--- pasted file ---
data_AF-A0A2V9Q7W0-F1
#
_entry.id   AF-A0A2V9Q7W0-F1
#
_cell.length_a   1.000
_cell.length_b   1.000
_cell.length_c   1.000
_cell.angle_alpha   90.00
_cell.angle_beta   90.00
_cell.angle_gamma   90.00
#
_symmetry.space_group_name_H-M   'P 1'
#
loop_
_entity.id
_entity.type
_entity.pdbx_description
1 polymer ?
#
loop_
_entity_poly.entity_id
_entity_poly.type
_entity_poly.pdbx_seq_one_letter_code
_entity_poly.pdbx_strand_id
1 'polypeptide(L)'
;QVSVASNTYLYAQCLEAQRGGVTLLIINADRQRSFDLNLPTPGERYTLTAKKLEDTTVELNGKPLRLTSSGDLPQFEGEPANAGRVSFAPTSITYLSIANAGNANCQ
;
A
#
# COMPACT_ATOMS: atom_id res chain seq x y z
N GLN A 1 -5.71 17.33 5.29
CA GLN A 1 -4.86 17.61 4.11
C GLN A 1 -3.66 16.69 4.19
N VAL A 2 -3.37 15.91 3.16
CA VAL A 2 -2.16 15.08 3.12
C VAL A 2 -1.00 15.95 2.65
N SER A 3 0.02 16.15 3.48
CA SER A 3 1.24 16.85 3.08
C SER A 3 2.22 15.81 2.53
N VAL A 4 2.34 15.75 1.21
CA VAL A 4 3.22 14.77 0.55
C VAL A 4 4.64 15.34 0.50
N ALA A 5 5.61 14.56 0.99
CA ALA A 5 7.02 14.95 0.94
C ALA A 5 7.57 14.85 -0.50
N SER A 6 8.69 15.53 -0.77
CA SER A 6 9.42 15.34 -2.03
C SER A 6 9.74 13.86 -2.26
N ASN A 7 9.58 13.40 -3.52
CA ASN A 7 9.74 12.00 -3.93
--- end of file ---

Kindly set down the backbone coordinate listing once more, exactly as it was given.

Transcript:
data_AF-A0A2V9Q7W0-F1
#
_entry.id   AF-A0A2V9Q7W0-F1
#
_cell.length_a   1.000
_cell.length_b   1.000
_cell.length_c   1.000
_cell.angle_alpha   90.00
_cell.angle_beta   90.00
_cell.angle_gamma   90.00
#
_symmetry.space_group_name_H-M   'P 1'
#
loop_
_entity.id
_entity.type
_entity.pdbx_description
1 polymer ?
#
loop_
_entity_poly.entity_id
_entity_poly.type
_entity_poly.pdbx_seq_one_letter_code
_entity_poly.pdbx_strand_id
1 'polypeptide(L)'
;QVSVASNTYLYAQCLEAQRGGVTLLIINADRQRSFDLNLPTPGERYTLTAKKLEDTTVELNGKPLRLTSSGDLPQFEGEPANAGRVSFAPTSITYLSIANAGNANCQ
;
A
#
# COMPACT_ATOMS: atom_id res chain seq x y z
N GLN A 1 -5.71 17.33 5.29
CA GLN A 1 -4.86 17.61 4.11
C GLN A 1 -3.66 16.69 4.19
N VAL A 2 -3.37 15.91 3.16
CA VAL A 2 -2.16 15.08 3.12
C VAL A 2 -1.00 15.95 2.65
N SER A 3 0.02 16.15 3.48
CA SER A 3 1.24 16.85 3.08
C SER A 3 2.22 15.81 2.53
N VAL A 4 2.34 15.75 1.21
CA VAL A 4 3.22 14.77 0.55
C VAL A 4 4.64 15.34 0.50
N ALA A 5 5.61 14.56 0.99
CA ALA A 5 7.02 14.95 0.94
C ALA A 5 7.57 14.85 -0.50
N SER A 6 8.69 15.53 -0.77
CA SER A 6 9.42 15.34 -2.03
C SER A 6 9.74 13.86 -2.26
N ASN A 7 9.58 13.40 -3.52
CA ASN A 7 9.74 12.00 -3.93